Teachability is not so much about competence and mental capacity as it is about attitude. It is the desire to listen, learn, and apply. It is the hunger to discover and grow. It is the willingness to learn, unlearn, and relearn. I love the way legendary basketball coach John Wooden states it: “It’s what you learn after you know it all that counts.”
When I teach and mentor leaders, I remind them that if they stop learning, they stop leading. But if they remain teachable and keep learning, they will be able to keep making an impact as leaders. Whatever your talent happens to be – whether it’s leadership, craftsmanship, entrepreneurship, or something else – you will expand it if you keep expecting and striving to learn.
Futurist and author John Naisbitt believes that “the most important skill to acquire is learning how to learn.” Here is what I suggest as you pursue teachability:
1. Learn to listen.
American writer and philosopher Henry David Thoreau wrote, “It takes two to speak the truth – one to speak and one to hear.” Being a good listener helps us to know people better, to learn what they have learned, and to show them that we value them as individuals.
As you go through each day, remember that you can’t learn if you’re always talking. As the old saying goes, “There’s a reason you have one mouth and two ears.” Listen to others and remain humble, and you will learn things that can help you expand your talent.
2. Understand the learning process.
Here’s how learning typically works:
- STEP 1: Act.
- STEP 2: Look for your mistakes and evaluate.
- STEP 3: Search for a way to do it better.
- STEP 4: Go back to Step 1.
3. Look for and plan teachable moments.
If you look for opportunities to learn in every situation, you will expand your talent to its potential. But you can also take another step beyond this and actively seek out and plan teachable moments. You do that by reading books, visiting places that inspire you, attending events that prompt you to pursue change, and spending time with people who stretch you and expose you to new experiences.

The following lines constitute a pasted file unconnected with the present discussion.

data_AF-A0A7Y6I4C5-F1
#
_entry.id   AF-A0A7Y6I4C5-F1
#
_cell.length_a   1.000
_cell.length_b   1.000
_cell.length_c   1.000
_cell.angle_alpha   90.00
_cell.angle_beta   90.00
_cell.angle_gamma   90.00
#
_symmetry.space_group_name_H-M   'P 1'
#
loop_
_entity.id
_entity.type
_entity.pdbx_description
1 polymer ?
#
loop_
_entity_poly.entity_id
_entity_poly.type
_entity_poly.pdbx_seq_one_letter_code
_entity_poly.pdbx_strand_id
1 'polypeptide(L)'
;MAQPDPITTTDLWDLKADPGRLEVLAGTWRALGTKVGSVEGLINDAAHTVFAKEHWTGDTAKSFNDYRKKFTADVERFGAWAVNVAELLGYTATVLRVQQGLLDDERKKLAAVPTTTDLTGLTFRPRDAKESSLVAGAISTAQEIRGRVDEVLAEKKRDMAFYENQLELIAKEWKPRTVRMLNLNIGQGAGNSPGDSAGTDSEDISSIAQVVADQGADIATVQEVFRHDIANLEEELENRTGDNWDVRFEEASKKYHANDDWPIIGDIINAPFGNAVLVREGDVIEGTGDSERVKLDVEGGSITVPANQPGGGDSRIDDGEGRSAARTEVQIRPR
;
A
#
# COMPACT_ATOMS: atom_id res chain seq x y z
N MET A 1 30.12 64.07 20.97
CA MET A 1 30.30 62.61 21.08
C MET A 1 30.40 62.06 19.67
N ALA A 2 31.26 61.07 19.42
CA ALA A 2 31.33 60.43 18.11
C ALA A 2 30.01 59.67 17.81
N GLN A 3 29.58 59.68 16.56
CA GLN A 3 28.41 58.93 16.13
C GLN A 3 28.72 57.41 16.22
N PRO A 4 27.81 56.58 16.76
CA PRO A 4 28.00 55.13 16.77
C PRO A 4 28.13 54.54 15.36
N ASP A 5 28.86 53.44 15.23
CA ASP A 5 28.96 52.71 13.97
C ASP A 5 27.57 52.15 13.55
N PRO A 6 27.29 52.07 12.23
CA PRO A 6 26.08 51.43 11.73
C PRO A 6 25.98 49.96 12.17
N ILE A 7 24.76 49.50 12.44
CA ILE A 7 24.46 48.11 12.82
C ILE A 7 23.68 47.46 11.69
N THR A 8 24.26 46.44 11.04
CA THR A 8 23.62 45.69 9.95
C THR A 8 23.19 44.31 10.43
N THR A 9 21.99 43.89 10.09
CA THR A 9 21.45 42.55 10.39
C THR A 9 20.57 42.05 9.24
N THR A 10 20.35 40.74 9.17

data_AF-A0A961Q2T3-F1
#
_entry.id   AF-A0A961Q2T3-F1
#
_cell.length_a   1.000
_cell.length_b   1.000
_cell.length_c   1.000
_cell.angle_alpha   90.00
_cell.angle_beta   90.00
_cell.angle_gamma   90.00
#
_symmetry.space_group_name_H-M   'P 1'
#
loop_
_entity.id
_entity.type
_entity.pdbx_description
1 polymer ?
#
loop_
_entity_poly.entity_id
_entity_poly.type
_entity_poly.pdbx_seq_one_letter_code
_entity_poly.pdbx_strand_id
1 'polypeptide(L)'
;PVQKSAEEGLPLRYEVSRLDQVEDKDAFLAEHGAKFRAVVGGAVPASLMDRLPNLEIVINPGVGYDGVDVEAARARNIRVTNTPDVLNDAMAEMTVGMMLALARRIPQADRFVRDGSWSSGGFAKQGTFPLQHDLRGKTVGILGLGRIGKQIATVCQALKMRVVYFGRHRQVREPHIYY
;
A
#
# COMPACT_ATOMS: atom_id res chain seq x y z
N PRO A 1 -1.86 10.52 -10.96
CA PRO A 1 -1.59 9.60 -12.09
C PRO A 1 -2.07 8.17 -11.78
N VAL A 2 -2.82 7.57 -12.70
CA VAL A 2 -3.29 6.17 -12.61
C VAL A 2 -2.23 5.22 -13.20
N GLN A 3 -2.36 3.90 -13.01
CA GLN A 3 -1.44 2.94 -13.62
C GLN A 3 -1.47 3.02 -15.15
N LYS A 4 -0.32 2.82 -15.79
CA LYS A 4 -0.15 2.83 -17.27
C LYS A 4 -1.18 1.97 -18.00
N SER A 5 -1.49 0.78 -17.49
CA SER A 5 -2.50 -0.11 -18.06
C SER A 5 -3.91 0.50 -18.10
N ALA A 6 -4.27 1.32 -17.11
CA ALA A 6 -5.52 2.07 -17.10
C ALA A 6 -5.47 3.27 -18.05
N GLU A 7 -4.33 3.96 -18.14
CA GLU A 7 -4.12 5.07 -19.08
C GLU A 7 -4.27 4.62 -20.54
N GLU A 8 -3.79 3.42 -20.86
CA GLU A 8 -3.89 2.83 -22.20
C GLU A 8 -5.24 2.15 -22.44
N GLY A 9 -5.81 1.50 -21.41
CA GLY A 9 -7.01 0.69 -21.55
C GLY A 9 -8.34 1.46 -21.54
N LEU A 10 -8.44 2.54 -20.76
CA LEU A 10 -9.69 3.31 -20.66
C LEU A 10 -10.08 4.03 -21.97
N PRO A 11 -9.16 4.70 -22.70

4. Make your teachable moments count.
Even people who are strategic about seeking teachable moments can miss the whole point of the experience. I say this because for many years I’ve been a speaker at conferences and workshops – events that are designed to help people learn. But I’ve found that many people walk away from an event and do very little with what they heard.
We tend to focus on learning events instead of the learning process. Because of this, I try to help people take action steps that will help them implement what they learn. I suggest that in their notes, they pay special attention to
- Points they need to think about
- Changes they need to make
- Lessons they need to apply
- Information that they need to share
5. Ask yourself, “Am I really teachable?”
I’ve said it before, but it bears repeating: all the good advice in the world won’t help if you don’t have a teachable spirit. To know whether you are really open to new ideas and new ways of doing things, ask yourself the following questions:
- Am I open to other people’s ideas?
- Do I listen more than I talk?
- Am I open to changing my opinion based on new information?
- Do I readily admit when I am wrong?
- Do I observe before acting on a situation?
- Do I ask questions?
- Am I willing to ask a question that will expose my ignorance?
- Am I open to doing things in a way I haven’t done before?
- Am I willing to ask for directions?
- Do I act defensive when criticized, or do I listen openly for truth?
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